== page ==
It's easy to pick on law schools for imposing exorbitant tuition fees and driving its students into a lifetime of non-dischargeable debt. Law schools pay their professors cushy salaries, fill their lecture halls with obscenely expensive chairs, and always seem to be in some state of renovation or new construction - ostensibly in an attempt to bring the school up to date with the "new era of legal education."
Without a doubt, many of the scam-bloggers who decry law school administrations' lavish spending practices offer valid questions to consider. Do law schools really need to pay their professors six figures when they already enjoy the perks of long vacations and an enviably flexible work schedule? Do we really need Aerons scattered about in the library and every classroom? Why exactly do we need another wing in the library again? How the law school spends its students' hard-earned - or rather, painstakingly borrowed cash - is always an important issue to consider.
But it's easy to get caught up in this trend of blaming the law-school-as-a-business and overlook the fact that there are certain structural factors that genuinely do make it difficult for law schools to reduce their expenses every year. In fact, the number one culprit that pressures law schools into keeping up ridiculous spending rates every year is ...
The US News law school ranking system!
That's right, the dubious yet all-powerful US News rankings rears its ugly head once again.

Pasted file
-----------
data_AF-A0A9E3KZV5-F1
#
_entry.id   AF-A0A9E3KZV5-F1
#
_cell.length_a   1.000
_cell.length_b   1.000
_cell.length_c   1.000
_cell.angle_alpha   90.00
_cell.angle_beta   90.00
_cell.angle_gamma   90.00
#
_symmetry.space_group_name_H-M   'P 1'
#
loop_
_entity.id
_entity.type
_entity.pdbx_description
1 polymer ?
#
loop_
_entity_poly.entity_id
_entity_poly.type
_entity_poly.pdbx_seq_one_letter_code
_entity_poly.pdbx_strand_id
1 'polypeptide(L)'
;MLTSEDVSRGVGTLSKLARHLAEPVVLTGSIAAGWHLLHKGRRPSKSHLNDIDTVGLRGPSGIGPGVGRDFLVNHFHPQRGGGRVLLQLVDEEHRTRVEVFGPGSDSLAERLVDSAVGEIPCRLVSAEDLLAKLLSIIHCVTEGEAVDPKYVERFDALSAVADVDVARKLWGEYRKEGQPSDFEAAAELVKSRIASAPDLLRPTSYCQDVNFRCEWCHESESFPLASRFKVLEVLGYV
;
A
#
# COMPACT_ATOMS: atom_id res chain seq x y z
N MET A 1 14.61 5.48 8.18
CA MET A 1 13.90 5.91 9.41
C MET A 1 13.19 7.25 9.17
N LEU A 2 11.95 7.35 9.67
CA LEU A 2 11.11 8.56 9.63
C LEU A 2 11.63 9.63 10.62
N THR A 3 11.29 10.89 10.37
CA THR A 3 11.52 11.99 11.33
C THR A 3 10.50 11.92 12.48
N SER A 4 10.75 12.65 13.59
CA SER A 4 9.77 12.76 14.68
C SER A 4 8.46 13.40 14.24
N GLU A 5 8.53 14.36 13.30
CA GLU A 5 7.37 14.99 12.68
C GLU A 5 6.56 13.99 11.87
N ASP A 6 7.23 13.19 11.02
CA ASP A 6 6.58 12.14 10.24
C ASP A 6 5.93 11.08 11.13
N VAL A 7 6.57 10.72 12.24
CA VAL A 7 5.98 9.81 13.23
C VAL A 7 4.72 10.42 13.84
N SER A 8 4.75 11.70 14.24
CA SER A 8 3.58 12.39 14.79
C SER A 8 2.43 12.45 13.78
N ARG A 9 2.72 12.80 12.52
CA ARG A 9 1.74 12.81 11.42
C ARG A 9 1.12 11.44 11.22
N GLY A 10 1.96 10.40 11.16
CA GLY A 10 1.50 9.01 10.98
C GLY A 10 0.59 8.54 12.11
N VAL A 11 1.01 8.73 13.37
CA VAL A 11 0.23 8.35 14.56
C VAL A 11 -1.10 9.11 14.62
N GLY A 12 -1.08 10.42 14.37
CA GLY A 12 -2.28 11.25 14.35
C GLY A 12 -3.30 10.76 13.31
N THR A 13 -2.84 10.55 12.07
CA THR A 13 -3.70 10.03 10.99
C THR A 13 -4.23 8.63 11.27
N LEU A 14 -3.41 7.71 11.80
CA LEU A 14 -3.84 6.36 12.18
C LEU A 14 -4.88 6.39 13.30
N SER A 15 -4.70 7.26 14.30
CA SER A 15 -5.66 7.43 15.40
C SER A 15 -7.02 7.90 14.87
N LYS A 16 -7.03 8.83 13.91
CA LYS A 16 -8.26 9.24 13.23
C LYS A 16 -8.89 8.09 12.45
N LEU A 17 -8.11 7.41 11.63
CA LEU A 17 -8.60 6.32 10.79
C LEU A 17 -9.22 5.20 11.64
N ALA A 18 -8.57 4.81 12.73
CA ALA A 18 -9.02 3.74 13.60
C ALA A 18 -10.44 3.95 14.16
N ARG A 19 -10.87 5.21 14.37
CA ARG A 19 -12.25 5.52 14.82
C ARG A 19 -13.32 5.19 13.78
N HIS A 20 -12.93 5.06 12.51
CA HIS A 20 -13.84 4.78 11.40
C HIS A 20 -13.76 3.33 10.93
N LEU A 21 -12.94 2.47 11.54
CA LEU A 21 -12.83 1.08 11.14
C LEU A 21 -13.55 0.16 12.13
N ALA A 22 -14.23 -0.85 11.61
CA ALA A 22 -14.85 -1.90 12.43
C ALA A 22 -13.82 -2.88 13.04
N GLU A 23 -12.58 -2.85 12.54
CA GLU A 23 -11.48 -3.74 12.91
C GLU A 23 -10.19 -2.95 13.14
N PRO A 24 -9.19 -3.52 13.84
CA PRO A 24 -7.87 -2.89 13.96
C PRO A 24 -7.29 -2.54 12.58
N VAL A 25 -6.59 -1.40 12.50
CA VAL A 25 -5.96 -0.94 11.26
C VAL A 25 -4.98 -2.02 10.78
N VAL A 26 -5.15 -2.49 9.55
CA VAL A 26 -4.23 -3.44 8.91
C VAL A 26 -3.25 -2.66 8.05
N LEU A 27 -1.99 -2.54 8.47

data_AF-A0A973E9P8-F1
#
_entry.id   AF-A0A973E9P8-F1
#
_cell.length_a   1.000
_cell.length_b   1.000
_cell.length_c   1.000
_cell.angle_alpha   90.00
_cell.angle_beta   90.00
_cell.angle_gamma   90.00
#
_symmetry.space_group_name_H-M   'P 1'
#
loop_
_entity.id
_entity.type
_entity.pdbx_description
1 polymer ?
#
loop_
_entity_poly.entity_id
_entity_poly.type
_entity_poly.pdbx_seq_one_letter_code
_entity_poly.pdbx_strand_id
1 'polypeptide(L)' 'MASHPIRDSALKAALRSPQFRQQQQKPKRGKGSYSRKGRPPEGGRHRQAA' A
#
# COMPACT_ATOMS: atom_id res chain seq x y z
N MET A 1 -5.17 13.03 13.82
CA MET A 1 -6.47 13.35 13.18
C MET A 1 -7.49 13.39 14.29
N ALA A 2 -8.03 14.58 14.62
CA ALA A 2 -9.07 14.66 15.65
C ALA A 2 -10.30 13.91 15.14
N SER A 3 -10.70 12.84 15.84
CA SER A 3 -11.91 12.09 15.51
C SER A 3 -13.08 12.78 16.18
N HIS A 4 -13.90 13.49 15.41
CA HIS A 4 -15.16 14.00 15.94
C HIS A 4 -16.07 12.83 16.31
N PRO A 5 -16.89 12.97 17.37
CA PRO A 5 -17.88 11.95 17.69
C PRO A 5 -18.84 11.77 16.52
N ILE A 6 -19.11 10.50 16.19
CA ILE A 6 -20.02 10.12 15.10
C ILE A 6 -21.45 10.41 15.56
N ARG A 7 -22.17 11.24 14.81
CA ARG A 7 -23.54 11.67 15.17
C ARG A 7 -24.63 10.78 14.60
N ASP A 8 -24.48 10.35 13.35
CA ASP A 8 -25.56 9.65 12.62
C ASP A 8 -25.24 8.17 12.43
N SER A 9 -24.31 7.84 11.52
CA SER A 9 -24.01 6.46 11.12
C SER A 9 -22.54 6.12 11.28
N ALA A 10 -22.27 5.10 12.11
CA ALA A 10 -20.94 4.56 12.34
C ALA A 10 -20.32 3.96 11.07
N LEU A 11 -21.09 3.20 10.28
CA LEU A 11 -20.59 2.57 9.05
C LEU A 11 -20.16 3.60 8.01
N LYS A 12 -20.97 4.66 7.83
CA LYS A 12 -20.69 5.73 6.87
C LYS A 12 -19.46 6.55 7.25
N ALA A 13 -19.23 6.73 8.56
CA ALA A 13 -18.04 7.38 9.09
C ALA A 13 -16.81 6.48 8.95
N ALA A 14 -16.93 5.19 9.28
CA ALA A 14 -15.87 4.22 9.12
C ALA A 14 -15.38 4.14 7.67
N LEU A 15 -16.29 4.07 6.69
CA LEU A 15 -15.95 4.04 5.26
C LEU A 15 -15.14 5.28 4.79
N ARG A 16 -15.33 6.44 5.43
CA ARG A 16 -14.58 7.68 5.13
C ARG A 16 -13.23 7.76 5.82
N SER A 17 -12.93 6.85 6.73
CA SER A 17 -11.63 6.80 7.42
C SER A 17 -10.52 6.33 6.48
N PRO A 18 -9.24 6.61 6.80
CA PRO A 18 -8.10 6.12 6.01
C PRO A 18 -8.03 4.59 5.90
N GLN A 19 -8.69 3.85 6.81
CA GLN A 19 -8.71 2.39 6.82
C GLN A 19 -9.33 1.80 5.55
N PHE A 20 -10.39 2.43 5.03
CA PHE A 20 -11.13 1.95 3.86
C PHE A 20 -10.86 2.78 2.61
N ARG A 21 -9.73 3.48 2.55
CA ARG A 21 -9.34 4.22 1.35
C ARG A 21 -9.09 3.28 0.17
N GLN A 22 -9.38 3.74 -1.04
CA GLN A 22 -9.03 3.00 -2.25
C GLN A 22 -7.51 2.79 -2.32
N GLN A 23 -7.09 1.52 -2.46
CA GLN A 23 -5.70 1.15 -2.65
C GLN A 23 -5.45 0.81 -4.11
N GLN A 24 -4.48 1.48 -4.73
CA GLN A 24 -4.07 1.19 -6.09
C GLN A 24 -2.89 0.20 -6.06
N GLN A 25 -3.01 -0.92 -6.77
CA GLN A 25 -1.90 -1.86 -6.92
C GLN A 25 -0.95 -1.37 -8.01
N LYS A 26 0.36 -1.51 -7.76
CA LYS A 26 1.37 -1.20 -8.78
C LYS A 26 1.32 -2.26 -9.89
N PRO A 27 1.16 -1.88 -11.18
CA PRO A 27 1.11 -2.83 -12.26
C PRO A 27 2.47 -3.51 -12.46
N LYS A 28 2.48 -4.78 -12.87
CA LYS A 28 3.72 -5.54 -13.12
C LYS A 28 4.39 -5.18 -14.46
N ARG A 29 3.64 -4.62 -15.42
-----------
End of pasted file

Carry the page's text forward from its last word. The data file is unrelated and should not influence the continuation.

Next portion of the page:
A close examination of the news giant's ranking methodology reveals a few questionable criteria. First and foremost, US News weights "expenditures per student" by nearly 10% which makes this vague and ambiguous category five times more important in determining a law school's final ranking than more trivial considerations such as its students' bar passage rate. Essentially, this means that schools are rewarded for decking out their libraries with expensive ergonomic furniture and starting up new capital projects - endeavors that may not necessarily benefit its cash-strapped students.
A school's expenditure on student financial aid is weighted an unacceptably low .015. Since financial aid actually benefits students, shouldn't this be the category that's more important in determining a school's standing among its peers?
Since the economy tanked a few years ago, law school rankings play an important role in determining whether students get jobs after they graduate. Therefore, law schools are pressured into spending more every year instead of looking for smart ways to cut its budget and curb rising tuition rates. If we are to see an end to the steadily rising costs of a legal education, US News must address its flawed methodology that encourages irresponsible spending practices at the students' expense.
Building a Better Legal Profession (BBLP) is an organization based at Stanford Law School. BBLP is a national grassroots movement that seeks market-based workplace reforms in large private law firms. For more information, visit BBLP's Web site at www.betterlegalprofession.org.
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